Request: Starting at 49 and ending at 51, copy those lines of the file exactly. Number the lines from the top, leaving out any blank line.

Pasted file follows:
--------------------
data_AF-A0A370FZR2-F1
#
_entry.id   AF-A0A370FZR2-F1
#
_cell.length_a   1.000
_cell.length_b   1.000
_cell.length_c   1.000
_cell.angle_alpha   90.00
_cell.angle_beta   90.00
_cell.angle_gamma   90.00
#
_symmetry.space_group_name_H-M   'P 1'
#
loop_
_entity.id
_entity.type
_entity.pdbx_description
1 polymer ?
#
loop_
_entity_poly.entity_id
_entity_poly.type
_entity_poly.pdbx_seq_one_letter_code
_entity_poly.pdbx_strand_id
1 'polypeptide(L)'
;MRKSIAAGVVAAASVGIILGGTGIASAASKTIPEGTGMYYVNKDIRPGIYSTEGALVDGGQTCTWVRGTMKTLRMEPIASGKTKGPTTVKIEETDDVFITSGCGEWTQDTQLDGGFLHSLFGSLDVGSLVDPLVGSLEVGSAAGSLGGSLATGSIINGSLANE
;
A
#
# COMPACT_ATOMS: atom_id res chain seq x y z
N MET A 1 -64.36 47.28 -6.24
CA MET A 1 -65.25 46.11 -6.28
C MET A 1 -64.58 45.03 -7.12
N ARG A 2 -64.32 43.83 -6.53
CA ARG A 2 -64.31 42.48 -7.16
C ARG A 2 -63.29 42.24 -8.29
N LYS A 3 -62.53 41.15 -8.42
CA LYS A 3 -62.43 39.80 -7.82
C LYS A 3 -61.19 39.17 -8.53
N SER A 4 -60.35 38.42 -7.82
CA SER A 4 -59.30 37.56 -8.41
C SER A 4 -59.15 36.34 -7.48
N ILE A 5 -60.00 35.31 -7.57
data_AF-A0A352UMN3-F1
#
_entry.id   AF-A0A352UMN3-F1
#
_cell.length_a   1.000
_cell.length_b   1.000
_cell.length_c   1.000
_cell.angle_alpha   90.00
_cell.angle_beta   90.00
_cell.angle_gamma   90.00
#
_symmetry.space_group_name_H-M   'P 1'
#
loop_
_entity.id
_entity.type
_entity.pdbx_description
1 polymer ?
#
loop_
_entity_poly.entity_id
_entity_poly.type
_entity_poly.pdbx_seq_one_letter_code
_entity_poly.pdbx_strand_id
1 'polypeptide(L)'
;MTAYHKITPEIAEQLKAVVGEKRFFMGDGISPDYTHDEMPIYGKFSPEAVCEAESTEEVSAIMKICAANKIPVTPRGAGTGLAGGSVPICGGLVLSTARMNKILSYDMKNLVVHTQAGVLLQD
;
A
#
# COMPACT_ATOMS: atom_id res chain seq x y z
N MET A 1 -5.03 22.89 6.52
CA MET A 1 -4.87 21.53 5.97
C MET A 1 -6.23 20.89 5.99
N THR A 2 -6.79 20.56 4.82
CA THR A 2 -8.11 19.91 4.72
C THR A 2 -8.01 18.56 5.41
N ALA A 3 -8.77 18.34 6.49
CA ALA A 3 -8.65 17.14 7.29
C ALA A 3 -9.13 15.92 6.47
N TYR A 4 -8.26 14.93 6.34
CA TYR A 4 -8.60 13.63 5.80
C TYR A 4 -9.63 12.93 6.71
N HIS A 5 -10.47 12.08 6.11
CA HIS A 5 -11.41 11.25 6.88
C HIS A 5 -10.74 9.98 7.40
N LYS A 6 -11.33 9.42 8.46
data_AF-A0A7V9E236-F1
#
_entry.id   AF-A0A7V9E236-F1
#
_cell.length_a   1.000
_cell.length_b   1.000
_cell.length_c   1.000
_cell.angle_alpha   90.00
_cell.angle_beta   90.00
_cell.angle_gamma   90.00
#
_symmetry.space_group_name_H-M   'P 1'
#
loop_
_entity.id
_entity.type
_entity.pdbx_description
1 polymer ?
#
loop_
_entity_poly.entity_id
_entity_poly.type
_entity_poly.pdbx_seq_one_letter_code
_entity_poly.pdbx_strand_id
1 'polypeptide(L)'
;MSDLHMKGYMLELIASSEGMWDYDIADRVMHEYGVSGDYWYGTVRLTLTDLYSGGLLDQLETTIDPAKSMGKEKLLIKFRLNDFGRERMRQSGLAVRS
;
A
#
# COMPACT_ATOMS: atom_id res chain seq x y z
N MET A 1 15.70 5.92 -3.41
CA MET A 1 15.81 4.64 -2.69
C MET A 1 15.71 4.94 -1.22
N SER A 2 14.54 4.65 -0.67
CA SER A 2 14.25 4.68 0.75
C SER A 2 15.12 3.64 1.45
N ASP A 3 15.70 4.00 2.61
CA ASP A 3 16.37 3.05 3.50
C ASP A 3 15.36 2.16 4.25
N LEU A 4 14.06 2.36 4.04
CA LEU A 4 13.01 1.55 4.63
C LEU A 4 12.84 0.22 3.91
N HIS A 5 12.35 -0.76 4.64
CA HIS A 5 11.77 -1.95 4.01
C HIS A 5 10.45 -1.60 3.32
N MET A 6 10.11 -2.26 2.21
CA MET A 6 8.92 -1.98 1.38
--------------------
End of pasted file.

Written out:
_cell.length_b   1.000
_cell.length_c   1.000
_cell.angle_alpha   90.00